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This story appeared in the November/December print issue of VeloNews Magazine.
Yet Mathieu van der Poel’s accomplishments throughout the 2019 season stand apart from these great champions. Why? This season van der Poel accomplished something so incredibly rare in our sport. At age 24 he won at the highest international level in cyclocross, mountain bike racing, and professional road cycling.
The last rider to do so was Frenchwoman Pauline Ferrand-Prévot, who won the world championships in all three disciplines in 2014. We named Ferrand-Prévot our cyclist of the year that season. Thus, it’s fitting that van der Poel earn it for his similar versatility.
His victories came in thrilling fashion, against champions who are at the very pinnacle of their discipline. And he did it for months on end.
Van der Poel opened the 2019 season by winning his sixth cyclocross World Cup of the series, before he dominated the cyclocross world championships, finishing so far ahead of his challenger, Toon Aerts, that he could ease up on the final lap.
Van der Poel then went on a tear at the Spring Classics, winning Dwars door Vlaanderen and notching fourth-place finishes at Gent-Wevelgem and the Tour of Flanders in his debut at these punishing events. Victories at the Circuit la Sarthe and De Brabantse Pijl were precursors to his most dramatic and eye-popping win. During the Amstel Gold Race he somehow closed a minute gap to Julian Alaphilippe in a handful of kilometers, before sprinting for the win.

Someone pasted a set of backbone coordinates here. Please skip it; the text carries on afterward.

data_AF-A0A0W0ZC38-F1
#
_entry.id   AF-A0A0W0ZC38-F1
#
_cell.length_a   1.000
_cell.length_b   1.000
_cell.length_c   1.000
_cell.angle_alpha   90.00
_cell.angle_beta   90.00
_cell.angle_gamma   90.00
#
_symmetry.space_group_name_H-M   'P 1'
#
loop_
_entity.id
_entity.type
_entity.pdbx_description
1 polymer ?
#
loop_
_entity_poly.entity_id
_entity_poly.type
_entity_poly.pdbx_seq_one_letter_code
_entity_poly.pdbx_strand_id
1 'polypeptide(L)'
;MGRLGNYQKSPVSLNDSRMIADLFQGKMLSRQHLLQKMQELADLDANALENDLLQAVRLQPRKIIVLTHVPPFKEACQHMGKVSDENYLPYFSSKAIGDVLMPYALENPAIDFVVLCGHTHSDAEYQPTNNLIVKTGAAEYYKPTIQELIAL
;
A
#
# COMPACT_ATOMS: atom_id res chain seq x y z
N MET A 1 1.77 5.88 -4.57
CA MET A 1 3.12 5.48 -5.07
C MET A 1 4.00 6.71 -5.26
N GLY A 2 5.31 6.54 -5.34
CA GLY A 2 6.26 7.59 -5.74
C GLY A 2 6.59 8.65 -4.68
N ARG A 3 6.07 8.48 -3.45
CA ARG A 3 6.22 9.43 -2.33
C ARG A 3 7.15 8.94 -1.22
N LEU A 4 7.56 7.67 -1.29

Van der Poel then hung up his road shoes and got on his mountain bike, where he continued to win. In 2018 he was often a few watts shy of Nino Schurter, the most dominant man in cross-country mountain biking’s history. Yet in 2019 van der Poel seemed to crack the code for beating the Swiss champion. He beat Schurter again and again, winning World Cups in Nové Město, Val di Sole, and then Lenzerheide.
Having decided to race the UCI road world championships, van der Poel then returned to skinny tires in August, and to no one’s surprise, he retained his legendary explosive power. Wins at the Arctic Race of Norway led into the Tour of Britain, where he utterly dominated the field, winning three stages and the overall. So mighty was his sprint on the fourth stage that his rivals told reporters that van der Poel made them feel like they were junior racers.
Van der Poel’s rainbow dream at the road world championships didn’t materialize—he made the front group and then bonked with just 13km to go. Yet it was his attack that drew out the protagonists that led to the showdown. Everyone, it seems, was waiting for the 24-year-old to play his card.
And that’s where the sport of cycling finds itself at the end of 2019—waiting to see what challenge van der Poel will tackle next. His stated goal is to win the 2020 Olympic mountain bike race in Tokyo. Beyond that, virtually any cycling race, from Paris-Roubaix to the Absa Cape Epic, seems well within his grasp.